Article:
First, full disclosure: I'm not one who thinks email is necessarily so cold and dreadfully impersonal. It's really only offensive when people use it in a thoughtless way. That said, nothing beats an old fashioned letter sent via snail mail. And I don't just mean short obligatory notes -- thank-you notes and the ones described by the editors of Vogue's Book of Etiquette as "bread-and-butter" letters written after spending a night or more in someone's house. But longer, newsy letters that "come alive with feeling and invention."
According to the Vogue book, "a good, interesting letter is filled with the news, ideas, and opinions of the writer."
Today most people aren't used to receiving longer letters; some might even panic at the sight of three pages of script, assuming they are about to read bad news! On Paper Source's site, in one of the how-to video guides, there is a good tip for setting the tone. Include a long lost picture and start by saying something like, "Dear Uncle Lawson, I recently found this photo in a drawer. Remember that summer when..."
It might surprise you to learn that even in the 60s forward thinking Vogue editors said typed letters were indeed acceptable for informal letters to close friends. "If your handwritng is difficult to read or if you have a great deal to say, typing can be a saving grace." They did not, however, mean thank-you notes and they cautioned against attempting to make type face look like script by using swirly "affected" fonts. Everyone seems to agree that handwriting is always preferable. It's simply more personal.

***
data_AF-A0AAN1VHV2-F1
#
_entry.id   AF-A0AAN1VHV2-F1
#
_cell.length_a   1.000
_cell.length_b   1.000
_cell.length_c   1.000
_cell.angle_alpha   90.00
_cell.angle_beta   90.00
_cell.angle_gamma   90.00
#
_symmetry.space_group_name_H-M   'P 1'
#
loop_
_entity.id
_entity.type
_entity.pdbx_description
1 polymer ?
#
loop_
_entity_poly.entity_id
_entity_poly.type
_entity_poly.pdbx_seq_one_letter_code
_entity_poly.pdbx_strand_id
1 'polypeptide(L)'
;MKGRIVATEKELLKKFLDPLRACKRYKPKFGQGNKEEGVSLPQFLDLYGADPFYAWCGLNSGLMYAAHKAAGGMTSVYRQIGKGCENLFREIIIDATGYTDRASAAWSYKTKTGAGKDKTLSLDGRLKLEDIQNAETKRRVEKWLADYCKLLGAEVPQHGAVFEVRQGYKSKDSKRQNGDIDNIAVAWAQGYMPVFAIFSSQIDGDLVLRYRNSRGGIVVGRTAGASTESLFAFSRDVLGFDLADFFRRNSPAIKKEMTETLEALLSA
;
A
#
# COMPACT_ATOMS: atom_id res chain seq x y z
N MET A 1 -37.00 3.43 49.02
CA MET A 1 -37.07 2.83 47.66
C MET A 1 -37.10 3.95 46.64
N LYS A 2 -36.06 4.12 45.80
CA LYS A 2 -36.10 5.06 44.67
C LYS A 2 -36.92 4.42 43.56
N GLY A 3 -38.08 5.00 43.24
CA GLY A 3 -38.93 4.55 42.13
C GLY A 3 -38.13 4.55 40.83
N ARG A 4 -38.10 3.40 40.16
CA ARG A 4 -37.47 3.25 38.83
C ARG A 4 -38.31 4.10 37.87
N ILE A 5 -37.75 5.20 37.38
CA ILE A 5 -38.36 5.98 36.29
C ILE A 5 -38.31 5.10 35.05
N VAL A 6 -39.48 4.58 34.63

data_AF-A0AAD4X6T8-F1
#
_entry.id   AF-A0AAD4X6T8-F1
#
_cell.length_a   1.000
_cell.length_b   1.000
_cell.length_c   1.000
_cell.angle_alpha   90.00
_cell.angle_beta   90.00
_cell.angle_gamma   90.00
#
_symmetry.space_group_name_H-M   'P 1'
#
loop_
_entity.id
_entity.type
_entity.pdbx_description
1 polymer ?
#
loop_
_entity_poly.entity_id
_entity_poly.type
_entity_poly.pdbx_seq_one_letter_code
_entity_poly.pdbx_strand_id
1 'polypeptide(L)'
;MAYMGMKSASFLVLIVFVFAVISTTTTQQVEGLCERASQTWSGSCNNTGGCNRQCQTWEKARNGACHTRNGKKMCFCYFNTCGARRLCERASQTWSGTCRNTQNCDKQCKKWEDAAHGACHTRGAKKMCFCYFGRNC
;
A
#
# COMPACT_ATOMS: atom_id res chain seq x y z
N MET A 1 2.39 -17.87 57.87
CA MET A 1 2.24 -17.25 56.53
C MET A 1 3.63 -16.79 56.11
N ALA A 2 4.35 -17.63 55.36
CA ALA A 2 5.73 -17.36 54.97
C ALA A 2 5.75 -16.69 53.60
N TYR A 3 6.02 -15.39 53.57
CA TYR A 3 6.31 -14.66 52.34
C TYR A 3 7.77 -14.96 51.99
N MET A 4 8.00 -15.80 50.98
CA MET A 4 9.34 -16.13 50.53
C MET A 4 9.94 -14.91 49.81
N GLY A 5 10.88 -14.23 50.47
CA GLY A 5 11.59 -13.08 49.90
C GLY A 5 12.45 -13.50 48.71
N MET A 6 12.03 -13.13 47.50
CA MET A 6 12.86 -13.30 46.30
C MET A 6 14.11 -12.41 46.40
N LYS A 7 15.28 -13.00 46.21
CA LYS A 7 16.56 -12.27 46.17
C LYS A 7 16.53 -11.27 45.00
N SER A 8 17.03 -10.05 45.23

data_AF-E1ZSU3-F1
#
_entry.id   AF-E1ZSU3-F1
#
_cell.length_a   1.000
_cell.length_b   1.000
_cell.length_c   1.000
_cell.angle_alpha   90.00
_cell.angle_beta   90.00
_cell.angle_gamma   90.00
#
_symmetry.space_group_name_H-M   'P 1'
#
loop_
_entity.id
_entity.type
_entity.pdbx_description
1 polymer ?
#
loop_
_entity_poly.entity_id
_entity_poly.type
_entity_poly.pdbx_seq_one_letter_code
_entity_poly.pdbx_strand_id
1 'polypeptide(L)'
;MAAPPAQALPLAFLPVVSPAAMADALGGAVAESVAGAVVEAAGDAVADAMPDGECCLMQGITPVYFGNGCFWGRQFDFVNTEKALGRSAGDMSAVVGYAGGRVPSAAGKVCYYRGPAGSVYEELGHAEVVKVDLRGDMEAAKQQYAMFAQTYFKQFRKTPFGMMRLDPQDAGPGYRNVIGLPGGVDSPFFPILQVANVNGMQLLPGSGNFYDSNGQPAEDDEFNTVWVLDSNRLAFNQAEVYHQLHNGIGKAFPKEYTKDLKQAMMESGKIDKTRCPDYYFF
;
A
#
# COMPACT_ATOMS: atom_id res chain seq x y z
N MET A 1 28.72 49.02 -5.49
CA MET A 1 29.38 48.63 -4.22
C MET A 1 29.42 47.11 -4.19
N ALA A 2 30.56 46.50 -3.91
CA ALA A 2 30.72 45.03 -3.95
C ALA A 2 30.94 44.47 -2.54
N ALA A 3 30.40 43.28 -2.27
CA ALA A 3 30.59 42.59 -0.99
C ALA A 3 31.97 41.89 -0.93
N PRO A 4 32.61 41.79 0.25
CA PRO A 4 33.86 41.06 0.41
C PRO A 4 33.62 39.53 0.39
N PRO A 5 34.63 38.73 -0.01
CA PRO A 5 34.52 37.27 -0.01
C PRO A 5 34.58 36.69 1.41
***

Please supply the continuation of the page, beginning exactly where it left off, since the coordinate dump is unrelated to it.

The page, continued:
One of my uncles was very skilled at the art of social letter writing. It didn't matter if his letters were typed or handwritten -- the content was the star. Even as a young student at Hampden-Sydney, and later when he was in the Navy, he wrote meaningful letters to his parents and grandfather. The papers were saved, so now younger relatives who never had a chance to meet him can read them. When my sister and I were very young he sent us long, funny, fanciful letters filled with stories that incorporated my imaginary friend.
If you're going to the beach this summer, consider saving a few shells and maybe a pinch of sand to send with a letter in one of these pretty convenient mailers available at Paper Source.
An elderly person who spends most of her time at home or a very small child would appreciate being remembered. I wouldn't send a 12-year old camper any pictures that might embarrass him, but mail is usually appreciated by older kids, too. With letter writing it is acceptable to treat yourself before you begin the challenge. So plan to indulge in your favorite cold summer drink while you put pen to paper.
If letter writing doesn't light your fire today, check out this audio slide show about Virginia Johnson via Toronto Life.
All of the stamps shown here are via the United States Postal Service. Inspired by 18th Century French playing cards, the "Love" stamp (King and Queen of Hearts) was designed by Derry Noyes and artist Jeanne Greco. The flag stamps were designed by Phil Jordan using paintings by Laura Stutzman. Designed by Ethel Kessler, the tropical fruit stamps incorporate work by illustrator Sergio Baradat. Images seven through eleven feature Virginia Johnson's work as seen over at Toronto Life.